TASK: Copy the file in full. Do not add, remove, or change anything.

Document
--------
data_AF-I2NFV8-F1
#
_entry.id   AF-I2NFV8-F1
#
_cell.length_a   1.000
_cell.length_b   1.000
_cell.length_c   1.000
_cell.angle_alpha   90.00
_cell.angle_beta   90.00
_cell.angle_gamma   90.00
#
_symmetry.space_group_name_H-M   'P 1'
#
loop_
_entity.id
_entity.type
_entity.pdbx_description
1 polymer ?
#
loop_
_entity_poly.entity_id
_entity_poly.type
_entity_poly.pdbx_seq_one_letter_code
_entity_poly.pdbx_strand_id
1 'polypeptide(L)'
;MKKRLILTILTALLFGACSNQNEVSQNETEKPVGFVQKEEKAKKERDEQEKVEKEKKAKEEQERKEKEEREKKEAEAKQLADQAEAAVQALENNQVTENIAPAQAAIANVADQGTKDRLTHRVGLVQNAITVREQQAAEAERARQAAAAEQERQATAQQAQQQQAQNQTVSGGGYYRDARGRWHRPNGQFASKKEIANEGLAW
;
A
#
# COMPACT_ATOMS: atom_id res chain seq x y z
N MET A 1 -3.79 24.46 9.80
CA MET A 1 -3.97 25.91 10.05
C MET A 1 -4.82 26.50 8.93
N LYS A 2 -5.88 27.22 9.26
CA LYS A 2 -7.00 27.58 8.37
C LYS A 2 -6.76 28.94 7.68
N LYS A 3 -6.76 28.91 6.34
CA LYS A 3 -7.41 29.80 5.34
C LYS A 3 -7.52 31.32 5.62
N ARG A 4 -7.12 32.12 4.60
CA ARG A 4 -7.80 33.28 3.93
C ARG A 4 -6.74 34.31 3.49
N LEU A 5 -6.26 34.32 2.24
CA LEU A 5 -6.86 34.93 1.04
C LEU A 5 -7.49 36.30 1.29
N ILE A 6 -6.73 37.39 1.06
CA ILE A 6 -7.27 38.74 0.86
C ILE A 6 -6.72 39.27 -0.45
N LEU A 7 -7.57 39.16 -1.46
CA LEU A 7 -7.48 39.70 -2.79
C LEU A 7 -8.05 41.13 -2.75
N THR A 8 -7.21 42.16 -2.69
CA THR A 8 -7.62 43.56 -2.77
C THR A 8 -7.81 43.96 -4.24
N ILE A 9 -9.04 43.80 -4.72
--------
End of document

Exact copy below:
data_AF-I2NFV8-F1
#
_entry.id   AF-I2NFV8-F1
#
_cell.length_a   1.000
_cell.length_b   1.000
_cell.length_c   1.000
_cell.angle_alpha   90.00
_cell.angle_beta   90.00
_cell.angle_gamma   90.00
#
_symmetry.space_group_name_H-M   'P 1'
#
loop_
_entity.id
_entity.type
_entity.pdbx_description
1 polymer ?
#
loop_
_entity_poly.entity_id
_entity_poly.type
_entity_poly.pdbx_seq_one_letter_code
_entity_poly.pdbx_strand_id
1 'polypeptide(L)'
;MKKRLILTILTALLFGACSNQNEVSQNETEKPVGFVQKEEKAKKERDEQEKVEKEKKAKEEQERKEKEEREKKEAEAKQLADQAEAAVQALENNQVTENIAPAQAAIANVADQGTKDRLTHRVGLVQNAITVREQQAAEAERARQAAAAEQERQATAQQAQQQQAQNQTVSGGGYYRDARGRWHRPNGQFASKKEIANEGLAW
;
A
#
# COMPACT_ATOMS: atom_id res chain seq x y z
N MET A 1 -3.79 24.46 9.80
CA MET A 1 -3.97 25.91 10.05
C MET A 1 -4.82 26.50 8.93
N LYS A 2 -5.88 27.22 9.26
CA LYS A 2 -7.00 27.58 8.37
C LYS A 2 -6.76 28.94 7.68
N LYS A 3 -6.76 28.91 6.34
CA LYS A 3 -7.41 29.80 5.34
C LYS A 3 -7.52 31.32 5.62
N ARG A 4 -7.12 32.12 4.60
CA ARG A 4 -7.80 33.28 3.93
C ARG A 4 -6.74 34.31 3.49
N LEU A 5 -6.26 34.32 2.24
CA LEU A 5 -6.86 34.93 1.04
C LEU A 5 -7.49 36.30 1.29
N ILE A 6 -6.73 37.39 1.06
CA ILE A 6 -7.27 38.74 0.86
C ILE A 6 -6.72 39.27 -0.45
N LEU A 7 -7.57 39.16 -1.46
CA LEU A 7 -7.48 39.70 -2.79
C LEU A 7 -8.05 41.13 -2.75
N THR A 8 -7.21 42.16 -2.69
CA THR A 8 -7.62 43.56 -2.77
C THR A 8 -7.81 43.96 -4.24
N ILE A 9 -9.04 43.80 -4.72